Artist paints over 150 portraits of pandemic first responders
Jayashree Krishnan started by painting two portraits of her cousins who worked seven days a week at a Michigan hospital throughout the pandemic. It was then that Krishnan made it her mission to honor the front-line workers through her art.
The artist told CNN, “Art is wonderful because it gives you an outlet to deal with the anxiety that goes with this pandemic. For me, a year ago I was just painting landscapes and thinking that I needed to find meaning for my artwork. And then this sort of happened.”
Krishnan’s portraits capture the faces of people who have played an extraordinary role in guiding the country through this devastating pandemic. In most cases, Krishnan can only see her subject’s eyes because their faces are covered with masks and protective shields. She estimates that about half of the time painting a portrait is spent on the eyes alone.
“Each person’s set of eyes that I have painted so far, they tell their own story,” Krishnan told CNN. “My goal was to just capture that emotion.”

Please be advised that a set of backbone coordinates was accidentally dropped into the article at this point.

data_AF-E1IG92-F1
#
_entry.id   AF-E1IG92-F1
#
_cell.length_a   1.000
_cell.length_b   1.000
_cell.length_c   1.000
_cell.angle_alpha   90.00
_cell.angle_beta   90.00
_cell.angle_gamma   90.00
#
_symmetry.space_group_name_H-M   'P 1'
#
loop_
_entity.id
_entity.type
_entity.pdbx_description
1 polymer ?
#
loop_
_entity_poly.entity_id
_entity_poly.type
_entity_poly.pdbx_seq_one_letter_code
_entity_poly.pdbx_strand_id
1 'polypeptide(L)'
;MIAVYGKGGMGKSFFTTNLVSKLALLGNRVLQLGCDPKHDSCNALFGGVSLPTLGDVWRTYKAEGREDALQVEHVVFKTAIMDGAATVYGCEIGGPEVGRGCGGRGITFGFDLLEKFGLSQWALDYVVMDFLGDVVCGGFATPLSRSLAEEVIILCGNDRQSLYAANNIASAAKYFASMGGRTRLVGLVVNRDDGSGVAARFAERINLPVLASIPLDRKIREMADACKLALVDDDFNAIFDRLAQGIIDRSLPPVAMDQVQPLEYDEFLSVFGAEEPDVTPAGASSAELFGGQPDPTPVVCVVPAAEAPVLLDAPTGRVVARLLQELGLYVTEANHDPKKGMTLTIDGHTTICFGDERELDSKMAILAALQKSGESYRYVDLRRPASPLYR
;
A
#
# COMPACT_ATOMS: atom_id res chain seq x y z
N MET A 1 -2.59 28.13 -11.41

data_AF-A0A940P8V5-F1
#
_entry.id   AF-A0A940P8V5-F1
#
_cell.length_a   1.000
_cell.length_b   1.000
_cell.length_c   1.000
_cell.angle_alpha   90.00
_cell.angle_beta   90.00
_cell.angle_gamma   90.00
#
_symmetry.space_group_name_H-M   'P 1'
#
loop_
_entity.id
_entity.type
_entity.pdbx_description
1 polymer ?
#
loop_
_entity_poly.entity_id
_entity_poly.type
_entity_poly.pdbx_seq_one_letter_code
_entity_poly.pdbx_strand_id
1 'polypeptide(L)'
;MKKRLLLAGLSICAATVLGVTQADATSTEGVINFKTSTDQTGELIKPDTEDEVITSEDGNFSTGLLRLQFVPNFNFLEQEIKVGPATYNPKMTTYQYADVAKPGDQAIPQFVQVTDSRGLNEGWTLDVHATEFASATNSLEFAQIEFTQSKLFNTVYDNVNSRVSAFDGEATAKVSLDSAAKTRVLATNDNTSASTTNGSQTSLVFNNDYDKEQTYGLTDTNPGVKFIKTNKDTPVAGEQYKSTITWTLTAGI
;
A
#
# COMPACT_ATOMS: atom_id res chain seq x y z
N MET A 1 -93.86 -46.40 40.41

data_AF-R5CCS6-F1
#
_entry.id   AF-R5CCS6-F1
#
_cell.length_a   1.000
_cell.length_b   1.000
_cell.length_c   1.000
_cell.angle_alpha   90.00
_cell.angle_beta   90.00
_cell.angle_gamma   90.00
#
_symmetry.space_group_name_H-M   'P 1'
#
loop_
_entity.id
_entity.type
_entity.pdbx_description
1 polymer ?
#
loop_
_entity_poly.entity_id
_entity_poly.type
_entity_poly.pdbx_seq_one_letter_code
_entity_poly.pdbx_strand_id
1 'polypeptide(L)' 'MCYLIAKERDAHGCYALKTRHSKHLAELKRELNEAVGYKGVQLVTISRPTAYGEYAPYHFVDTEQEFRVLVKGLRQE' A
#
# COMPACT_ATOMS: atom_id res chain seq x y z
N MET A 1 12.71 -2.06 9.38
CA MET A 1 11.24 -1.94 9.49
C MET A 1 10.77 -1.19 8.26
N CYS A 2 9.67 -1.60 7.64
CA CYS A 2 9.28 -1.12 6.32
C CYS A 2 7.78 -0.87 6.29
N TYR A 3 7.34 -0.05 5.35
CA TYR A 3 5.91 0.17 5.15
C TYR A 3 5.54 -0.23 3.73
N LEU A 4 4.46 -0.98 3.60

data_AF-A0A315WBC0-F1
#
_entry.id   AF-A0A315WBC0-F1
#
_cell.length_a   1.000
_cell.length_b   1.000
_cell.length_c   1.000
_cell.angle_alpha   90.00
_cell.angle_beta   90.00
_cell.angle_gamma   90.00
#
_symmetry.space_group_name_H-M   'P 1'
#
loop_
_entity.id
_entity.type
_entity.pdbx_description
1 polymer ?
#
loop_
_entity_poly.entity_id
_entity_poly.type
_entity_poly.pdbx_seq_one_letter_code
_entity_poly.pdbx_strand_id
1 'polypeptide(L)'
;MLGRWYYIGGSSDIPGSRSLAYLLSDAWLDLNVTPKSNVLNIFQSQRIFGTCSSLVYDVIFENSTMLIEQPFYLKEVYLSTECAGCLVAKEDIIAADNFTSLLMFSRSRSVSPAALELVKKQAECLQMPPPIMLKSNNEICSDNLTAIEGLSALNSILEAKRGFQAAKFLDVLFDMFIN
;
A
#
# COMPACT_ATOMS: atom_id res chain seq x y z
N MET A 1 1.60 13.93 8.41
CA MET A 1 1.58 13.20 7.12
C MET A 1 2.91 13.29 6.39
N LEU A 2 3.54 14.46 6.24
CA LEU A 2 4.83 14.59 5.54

Krishnan is over a year into the project, and feels that it is important now, more than ever, to continue showing support and appreciation for the front-line workers who continue to save lives and offer support to those who have been affected by the virus.
The artist is now working on a book, which will include all of the portraits that she painted during the pandemic, along with stories she heard from her subjects during the process. The book can be pre-ordered on Krishnan’s website.
All of Krishnan’s portraits have been gifted to the individuals that she painted. There is only one that has not made it into the hands of the subject – a portrait of Dr. Anthony Fauci. Krishnan is hoping to find a way to get his portrait to him, as he has continued to be the face of the pandemic response team since the beginning.